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Sacrament, The

Reviewed By Jay Seaver
Posted 06/27/14 20:46:30

"Meticulous construction, but nothing new."
3 stars (Just Average)

The text at the beginning of "The Sacrament" describes the journalistic style of its protagonists as "immersionism", and I suspect that this is writer/director Ti West's goal as well - getting the audience inside a situation that it would otherwise consider alien. Unfortunately, he makes a few missteps that must have seemed like good ideas in doing so, and his ability to execute a good scare sequence only gets him so far.

One of those missteps, I think, is telling its story in faux-documentary style, which means West starts by introducing us to Sam (AJ Bowen) and Jake (Joe Swanberg), a reporter and videographer for Vice Media, and their friend Patrick (Kentucker Audley), a fashion photographer with a story about how his sister's sober living community has packed up and moved to the middle of some Latin American jungle. They wrangle an invitation to visit, but there are men with guns to pass before they see Caroline (Any Seimetz). She seems in good spirits, though a bit reluctant to introduce them to "Father" (Gene Jones).

At its best, this documentary or found-footage style is the cinematic equivalent of writing a novel in the first person - inherently subjective, allowing the viewer to experience exactly what the characters are feeling. In this case, though, it has the opposite effect, always keeping the audience on the periphery, not letting the audience feel what the likes of Caroline who have deeply-rooted turmoils and temptations are feeling. The big interview with Father is manipulated into taking on the feel of a late-night talk show, which only gets across that he is quite good at controlling his perception, although at the cost of making Jake look bad at his job. And maybe that's the effect West wants to create, to keep Farther and Caroline and a whole village full of people like her mysterious and unknowable, a danger to normal people who encounter them at the wrong time - an external horror as opposed to an internal one. It's valid, I suppose, but also the safe call.

And, speaking of horrors, The Sacrament's transition to a no-doubt-about it thriller toward the end is often kind of clumsy. Not entirely - Ti West may often go for a slower burn than some like, but he's one of the best at maintaining the tension he has built - but the not getting into the heads of Father and his flock earlier makes the turning point seem arbitrary. Once it happens, things keep moving forward, though a little disjointedly, but there are other problems. Some are born of the format, including one that illustrates the can't-win position first-person films are often in: When someone keeps shooting during danger, it feels artificial, but when they sensibly drop the camera, all the exciting stuff happens off-screen, and this movie manages both in short succession. It was also never really in doubt what West was using for inspiration, but it's a bit surprising just how on the nose he is, going with something that has become part of the vernacular and he's go limited success reclaiming it from sarcasm. It's a well-executed take on the material, but it feels very familiar, with the most interest coming from whether Father will be revealed as a true believer or an opportunist.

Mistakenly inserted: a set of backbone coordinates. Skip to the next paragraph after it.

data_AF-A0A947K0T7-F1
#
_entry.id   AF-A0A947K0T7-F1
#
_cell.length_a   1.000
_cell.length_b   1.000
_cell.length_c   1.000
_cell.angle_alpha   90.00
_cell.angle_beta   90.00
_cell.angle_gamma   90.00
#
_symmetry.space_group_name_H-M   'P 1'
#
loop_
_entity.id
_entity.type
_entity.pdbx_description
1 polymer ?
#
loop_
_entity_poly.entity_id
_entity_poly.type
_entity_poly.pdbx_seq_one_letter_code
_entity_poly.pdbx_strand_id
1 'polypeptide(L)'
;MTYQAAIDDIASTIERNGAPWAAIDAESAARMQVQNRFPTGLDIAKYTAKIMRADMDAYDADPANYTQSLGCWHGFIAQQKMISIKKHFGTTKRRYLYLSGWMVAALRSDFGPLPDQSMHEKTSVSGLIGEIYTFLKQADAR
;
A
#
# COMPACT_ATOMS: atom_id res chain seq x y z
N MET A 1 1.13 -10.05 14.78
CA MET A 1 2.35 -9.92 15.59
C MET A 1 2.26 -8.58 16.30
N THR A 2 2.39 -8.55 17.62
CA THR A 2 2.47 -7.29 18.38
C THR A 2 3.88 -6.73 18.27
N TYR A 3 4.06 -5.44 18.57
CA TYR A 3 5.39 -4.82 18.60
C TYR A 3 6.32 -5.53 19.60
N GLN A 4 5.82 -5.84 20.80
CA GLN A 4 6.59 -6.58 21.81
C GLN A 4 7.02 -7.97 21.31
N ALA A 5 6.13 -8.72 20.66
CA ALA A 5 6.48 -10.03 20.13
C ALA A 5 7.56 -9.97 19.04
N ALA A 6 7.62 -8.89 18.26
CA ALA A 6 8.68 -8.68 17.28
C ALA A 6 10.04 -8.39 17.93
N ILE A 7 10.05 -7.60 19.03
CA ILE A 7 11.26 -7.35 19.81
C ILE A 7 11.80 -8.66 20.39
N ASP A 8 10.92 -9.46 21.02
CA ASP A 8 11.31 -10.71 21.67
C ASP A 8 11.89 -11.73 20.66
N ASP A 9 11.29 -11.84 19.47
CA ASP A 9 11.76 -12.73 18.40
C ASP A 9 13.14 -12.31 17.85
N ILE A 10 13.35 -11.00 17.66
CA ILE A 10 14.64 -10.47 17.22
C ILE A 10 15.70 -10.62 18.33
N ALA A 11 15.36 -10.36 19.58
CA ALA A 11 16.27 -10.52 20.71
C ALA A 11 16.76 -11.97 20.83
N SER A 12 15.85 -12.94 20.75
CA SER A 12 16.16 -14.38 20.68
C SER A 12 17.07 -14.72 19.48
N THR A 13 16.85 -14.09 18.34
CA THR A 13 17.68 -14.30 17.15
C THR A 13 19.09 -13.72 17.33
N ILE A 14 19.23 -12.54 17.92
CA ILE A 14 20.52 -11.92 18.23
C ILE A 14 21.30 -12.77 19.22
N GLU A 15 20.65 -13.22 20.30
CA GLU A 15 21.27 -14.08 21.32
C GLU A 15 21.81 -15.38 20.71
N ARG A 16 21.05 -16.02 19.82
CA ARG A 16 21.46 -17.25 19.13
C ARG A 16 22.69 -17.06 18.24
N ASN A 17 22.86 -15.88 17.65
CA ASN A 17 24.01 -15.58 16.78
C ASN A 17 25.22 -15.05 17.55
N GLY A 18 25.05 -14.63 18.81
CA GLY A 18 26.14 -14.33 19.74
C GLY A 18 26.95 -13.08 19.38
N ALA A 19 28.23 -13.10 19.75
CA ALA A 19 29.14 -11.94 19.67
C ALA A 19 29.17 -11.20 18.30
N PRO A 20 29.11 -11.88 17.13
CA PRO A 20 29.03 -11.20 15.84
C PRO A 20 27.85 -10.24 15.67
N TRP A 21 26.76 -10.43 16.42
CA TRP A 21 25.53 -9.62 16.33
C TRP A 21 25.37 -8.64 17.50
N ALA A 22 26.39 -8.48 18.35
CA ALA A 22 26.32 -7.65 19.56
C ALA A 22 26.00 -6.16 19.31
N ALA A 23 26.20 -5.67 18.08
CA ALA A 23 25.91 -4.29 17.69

That's compelling, though, because Gene Jones takes the role and runs with it, playing just big enough to make it no surprise that people would follow him without seeming too much like a character in a scenario that is ostensibly real. That means the rest of the cast has to reel it in somewhat, but they're all strong, especially considering how interchangeable Jake, Sam, and Patrick could potentially have been. Amy Seimetz is strong too.

Make no mistake, "The Sacrament" is a strong movie all around, and to a certain extent, I'm complaining about it not being the movie I want it to be (the one which shows us Caroline's whole story), which is unfair. West makes a movie that is often tense, occasionally intriguing, and well-executed enough from start to finish that it does retain the capability to chill, even though the story is so familiar. Ti West does such a stellar job of recreating a situation that the results would be really stellar if he opted to present some insight into it.

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